to the report, was the UNITA rebel group in Angola, which finally
collapsed after its founder and long-time leader, Jonas Savimbi,
was killed in combat earlier this year. Between 1992 and 2001,
according to the report, the insurgency sold an estimated $4-4.2
billion in diamonds mined by its forces in the northeastern
part of the country.
Diamonds were also a leading source of money and arms for rebels
in Sierra Leone, who gained international notoriety during the
latter part of the 1990s by hacking off the limbs of unarmed
civilians to terrorize surrounding populations.
Such groups have benefited from economic globalization, according
to Renner. The enormous expansion in global trade, coupled
with lax or corrupt customs officials, has made access to key
markets relatively easy for warring groups, he said.
Companies and rich nations that benefit from cheap raw
materials have long turned a blind eye to the destruction at
their source, and most consumers dont know that a number
of common purchases bear the invisible imprint of violence,
Although rebel and government armies battle for control of
the resources, most of the violence in such conflicts are directed
In addition to the violence used to maintain control of local
populations, fighting groups often forcibly recruit boys into
their ranks and girls as sex slaves for older commanders. The
same armies also draft civilians, including children, to extract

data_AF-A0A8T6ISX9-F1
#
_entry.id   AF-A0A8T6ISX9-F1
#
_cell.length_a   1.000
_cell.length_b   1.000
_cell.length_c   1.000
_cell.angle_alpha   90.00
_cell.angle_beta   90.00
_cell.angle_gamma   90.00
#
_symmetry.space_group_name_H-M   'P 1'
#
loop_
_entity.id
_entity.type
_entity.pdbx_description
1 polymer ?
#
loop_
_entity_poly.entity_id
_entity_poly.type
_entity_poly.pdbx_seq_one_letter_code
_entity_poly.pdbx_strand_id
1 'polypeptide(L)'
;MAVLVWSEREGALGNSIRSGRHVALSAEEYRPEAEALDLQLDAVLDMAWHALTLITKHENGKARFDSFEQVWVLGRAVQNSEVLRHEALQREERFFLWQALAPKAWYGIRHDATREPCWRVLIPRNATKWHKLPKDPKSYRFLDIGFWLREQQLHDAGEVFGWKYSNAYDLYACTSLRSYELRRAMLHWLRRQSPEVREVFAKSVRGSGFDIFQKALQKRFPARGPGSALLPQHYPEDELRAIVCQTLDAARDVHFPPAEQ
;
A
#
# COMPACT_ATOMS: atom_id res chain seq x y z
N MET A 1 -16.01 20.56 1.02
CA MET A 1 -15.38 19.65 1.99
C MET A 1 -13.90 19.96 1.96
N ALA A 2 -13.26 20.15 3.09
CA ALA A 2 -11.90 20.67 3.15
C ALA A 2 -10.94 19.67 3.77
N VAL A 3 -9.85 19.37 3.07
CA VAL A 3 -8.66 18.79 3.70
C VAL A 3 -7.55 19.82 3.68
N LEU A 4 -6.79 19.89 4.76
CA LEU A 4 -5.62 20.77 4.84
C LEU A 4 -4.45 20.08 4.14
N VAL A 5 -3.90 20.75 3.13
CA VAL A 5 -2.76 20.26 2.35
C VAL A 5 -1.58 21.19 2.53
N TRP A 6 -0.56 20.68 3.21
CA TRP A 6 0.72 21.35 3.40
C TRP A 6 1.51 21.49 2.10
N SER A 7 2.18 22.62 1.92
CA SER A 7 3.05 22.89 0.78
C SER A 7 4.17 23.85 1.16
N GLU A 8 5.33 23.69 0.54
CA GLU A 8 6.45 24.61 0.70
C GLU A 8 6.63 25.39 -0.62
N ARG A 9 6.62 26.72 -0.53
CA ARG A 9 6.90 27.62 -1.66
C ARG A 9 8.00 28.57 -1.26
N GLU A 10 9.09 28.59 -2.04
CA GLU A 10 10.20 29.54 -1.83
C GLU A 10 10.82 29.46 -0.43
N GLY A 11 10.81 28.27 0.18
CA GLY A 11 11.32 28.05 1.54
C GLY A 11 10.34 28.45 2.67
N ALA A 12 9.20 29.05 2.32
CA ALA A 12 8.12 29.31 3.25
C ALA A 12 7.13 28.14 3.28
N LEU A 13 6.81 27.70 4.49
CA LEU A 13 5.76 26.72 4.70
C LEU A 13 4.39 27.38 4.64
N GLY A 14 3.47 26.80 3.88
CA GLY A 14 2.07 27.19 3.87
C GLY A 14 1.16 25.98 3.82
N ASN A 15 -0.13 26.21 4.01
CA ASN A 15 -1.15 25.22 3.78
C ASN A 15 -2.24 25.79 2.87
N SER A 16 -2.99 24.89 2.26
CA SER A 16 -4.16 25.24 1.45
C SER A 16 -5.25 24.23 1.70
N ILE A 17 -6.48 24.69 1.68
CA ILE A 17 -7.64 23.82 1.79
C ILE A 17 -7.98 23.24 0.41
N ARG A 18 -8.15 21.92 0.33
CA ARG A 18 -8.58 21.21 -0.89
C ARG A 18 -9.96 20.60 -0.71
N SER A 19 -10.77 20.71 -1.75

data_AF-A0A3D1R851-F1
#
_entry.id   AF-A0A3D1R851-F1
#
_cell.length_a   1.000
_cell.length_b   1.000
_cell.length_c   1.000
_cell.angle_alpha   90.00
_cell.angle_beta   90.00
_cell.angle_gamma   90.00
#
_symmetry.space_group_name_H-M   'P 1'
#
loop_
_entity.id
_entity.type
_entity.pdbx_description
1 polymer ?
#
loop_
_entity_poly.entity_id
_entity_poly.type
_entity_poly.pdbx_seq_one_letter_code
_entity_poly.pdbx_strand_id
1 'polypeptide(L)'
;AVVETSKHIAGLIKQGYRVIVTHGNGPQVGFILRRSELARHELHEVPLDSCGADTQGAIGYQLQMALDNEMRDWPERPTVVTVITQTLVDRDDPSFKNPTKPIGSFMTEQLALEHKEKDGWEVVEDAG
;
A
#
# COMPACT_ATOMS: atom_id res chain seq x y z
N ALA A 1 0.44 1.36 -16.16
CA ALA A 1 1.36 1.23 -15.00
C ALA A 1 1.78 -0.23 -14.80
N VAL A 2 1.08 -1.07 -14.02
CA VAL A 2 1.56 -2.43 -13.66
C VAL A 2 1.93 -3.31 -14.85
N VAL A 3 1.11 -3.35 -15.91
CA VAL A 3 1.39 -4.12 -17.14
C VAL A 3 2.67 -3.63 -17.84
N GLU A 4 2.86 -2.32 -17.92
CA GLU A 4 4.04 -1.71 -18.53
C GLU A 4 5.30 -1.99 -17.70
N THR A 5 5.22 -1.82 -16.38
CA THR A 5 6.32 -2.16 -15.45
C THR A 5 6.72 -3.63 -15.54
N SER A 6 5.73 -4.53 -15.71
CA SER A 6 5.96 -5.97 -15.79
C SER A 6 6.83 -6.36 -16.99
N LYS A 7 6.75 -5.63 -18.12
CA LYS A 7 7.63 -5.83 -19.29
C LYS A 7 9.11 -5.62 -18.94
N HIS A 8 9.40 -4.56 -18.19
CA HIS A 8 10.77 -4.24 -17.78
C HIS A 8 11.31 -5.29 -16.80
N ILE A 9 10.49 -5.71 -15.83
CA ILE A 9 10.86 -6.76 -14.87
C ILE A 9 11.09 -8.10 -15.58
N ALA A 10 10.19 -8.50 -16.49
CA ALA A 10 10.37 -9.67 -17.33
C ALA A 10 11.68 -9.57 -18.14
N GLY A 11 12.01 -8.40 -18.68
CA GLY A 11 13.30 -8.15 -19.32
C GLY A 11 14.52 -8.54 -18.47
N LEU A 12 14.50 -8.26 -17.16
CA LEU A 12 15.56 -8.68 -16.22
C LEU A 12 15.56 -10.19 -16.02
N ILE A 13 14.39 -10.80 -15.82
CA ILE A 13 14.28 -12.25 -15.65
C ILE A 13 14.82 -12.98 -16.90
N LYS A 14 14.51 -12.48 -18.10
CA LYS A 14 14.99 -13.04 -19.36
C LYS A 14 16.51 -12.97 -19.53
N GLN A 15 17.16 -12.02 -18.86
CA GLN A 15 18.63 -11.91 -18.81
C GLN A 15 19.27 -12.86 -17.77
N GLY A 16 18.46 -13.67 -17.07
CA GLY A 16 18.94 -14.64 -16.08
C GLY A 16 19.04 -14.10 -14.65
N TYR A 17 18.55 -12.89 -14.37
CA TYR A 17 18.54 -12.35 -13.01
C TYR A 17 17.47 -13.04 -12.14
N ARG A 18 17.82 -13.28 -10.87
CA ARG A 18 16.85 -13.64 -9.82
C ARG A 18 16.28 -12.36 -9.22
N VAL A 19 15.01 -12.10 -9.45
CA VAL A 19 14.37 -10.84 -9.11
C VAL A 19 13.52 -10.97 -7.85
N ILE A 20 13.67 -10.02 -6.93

resources without compensation.
Resource wars also tend to take place in or near areas that
are of significant environmental value, according to the report,
which cited conflicts over mineral and timber resources in ecologically
highly sensitive forests in the DRC, Indonesia, Papua New Guinea,
and Colombia as major examples. In many cases, indigenous populations
are also threatened.
While diamonds fed conflicts in Angola and Sierra Leone, control
over timber has played a major role in conflicts in Liberia,
Cambodia, Indonesia, and Myanmar (formerly Burma), while drugs
have fueled wars in Afghanistan and Colombia. Ownership disputes
over oil fields and pipelines have also contributed to conflicts
in Colombia and Sudan, according to the report.
Recent media attention about resource-driven conflicts has
spurred growing calls for global rules to ban goods acquired
in this way from being traded on global markets. Among the most
important efforts is a certification system that would track
individual diamonds from their source through international
commercial channels in order to assure the eventual buyer that
they are not purchasing blood diamonds.
In addition to endorsing a strong certification system, Worldwatch
is calling for the adoption of corporate codes of conduct in
resource extraction industries; support for activist campaigns
that name and shame companies that profit from illicit
commerce; and new regulations that would require companies to
become more transparent in their dealings in resource-rich countries.
Renner also urges stronger efforts to reduce the availability
of small arms, a major feature of resource conflicts, by adopting
stricter export regimes, regulating arms brokers, and better
marking and tracing of weapons.
More generally, the report calls for development aid to promote
greater diversification of resource-rich developing economies
in order to reduce their dependence on the resources which have
spurred so much conflict.
Source: OneWorld US